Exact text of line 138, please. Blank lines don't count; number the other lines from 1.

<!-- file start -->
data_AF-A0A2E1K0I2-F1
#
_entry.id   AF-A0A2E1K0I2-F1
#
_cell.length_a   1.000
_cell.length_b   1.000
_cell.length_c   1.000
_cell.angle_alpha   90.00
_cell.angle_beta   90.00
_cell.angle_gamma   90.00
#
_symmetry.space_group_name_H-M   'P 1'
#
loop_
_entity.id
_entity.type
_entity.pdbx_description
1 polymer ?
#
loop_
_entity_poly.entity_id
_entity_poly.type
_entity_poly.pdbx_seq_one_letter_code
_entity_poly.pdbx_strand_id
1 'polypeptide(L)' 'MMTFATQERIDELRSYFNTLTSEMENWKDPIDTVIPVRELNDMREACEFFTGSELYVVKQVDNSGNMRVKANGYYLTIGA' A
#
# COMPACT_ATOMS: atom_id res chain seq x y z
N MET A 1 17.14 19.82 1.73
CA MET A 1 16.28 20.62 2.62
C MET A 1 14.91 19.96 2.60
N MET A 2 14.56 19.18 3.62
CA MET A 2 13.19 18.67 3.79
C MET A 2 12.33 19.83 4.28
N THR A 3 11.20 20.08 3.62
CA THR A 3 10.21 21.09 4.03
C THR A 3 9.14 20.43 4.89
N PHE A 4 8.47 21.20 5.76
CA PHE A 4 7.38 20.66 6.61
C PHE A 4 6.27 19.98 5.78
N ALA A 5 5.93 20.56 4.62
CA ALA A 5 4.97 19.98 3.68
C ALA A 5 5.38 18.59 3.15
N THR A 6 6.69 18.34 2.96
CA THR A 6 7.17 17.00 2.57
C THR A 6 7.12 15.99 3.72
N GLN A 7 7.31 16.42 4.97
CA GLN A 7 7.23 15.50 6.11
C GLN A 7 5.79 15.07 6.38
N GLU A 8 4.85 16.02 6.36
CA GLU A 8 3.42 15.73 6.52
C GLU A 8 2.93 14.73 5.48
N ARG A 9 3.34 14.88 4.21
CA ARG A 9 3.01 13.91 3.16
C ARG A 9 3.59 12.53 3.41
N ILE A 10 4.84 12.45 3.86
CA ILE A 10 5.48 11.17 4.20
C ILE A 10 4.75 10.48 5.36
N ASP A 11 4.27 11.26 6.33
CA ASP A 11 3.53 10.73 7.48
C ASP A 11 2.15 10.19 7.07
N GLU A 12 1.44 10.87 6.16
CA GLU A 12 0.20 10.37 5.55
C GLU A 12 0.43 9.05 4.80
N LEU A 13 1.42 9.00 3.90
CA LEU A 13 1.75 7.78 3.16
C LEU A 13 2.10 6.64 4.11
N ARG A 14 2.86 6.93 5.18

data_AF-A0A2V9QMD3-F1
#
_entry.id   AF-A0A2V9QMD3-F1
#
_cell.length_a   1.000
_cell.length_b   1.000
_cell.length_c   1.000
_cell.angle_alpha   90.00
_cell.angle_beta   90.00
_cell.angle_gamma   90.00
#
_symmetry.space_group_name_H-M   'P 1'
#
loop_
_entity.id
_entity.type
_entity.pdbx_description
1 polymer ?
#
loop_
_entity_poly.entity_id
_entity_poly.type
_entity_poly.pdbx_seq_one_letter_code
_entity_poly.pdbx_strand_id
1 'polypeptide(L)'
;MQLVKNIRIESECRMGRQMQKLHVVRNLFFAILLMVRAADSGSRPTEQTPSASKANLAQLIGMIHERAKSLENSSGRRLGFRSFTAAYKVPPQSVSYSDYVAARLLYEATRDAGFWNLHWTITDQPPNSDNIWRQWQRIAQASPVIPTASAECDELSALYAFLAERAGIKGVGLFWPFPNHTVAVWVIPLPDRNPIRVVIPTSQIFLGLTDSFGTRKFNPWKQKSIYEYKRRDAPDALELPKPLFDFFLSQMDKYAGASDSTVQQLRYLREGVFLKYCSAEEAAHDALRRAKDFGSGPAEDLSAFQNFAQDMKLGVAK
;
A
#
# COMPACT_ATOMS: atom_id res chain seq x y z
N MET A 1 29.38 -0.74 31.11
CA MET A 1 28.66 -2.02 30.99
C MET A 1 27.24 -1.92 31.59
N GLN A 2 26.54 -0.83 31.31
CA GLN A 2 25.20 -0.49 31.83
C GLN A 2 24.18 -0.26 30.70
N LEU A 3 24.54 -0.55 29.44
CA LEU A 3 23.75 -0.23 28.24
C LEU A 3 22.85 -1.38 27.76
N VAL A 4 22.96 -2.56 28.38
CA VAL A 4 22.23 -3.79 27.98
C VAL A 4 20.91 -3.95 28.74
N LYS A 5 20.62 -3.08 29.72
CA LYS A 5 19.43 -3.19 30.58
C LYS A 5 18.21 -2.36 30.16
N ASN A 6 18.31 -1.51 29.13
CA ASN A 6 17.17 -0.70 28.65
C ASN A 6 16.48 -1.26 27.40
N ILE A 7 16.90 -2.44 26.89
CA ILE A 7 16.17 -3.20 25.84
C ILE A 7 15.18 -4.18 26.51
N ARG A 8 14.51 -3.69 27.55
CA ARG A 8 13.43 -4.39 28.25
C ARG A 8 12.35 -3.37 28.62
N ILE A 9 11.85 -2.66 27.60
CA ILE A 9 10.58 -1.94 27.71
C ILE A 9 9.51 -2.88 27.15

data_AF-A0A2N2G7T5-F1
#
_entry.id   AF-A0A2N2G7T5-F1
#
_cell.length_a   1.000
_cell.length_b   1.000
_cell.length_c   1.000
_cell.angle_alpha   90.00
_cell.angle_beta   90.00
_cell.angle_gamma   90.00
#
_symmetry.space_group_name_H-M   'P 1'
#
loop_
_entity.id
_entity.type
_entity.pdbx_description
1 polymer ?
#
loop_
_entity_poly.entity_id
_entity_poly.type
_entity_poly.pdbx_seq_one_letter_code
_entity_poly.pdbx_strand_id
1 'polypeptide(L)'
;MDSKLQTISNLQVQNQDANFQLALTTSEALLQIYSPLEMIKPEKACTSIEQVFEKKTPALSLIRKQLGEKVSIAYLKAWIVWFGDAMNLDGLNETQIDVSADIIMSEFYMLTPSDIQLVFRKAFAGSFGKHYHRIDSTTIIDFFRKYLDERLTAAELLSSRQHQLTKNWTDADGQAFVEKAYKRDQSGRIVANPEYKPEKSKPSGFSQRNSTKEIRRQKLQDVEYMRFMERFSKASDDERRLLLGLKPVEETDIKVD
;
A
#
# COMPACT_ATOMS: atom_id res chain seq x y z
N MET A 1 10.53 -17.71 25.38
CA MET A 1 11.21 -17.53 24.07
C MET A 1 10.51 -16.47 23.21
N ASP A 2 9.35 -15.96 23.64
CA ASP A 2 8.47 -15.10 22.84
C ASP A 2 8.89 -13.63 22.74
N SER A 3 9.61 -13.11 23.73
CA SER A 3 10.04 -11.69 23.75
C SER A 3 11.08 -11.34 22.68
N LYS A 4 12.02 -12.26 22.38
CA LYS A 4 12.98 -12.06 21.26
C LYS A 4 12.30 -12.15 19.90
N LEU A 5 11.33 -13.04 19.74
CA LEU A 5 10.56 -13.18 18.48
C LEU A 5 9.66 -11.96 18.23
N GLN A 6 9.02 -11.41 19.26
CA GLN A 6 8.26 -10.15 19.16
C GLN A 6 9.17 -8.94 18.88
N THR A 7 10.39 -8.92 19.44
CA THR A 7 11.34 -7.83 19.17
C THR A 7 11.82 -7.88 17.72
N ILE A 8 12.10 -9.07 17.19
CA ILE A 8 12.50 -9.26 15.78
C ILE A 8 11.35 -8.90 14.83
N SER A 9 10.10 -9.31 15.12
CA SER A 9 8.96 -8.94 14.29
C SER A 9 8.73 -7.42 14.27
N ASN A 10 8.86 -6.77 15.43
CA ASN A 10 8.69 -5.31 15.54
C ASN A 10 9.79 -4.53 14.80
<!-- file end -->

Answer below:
loop_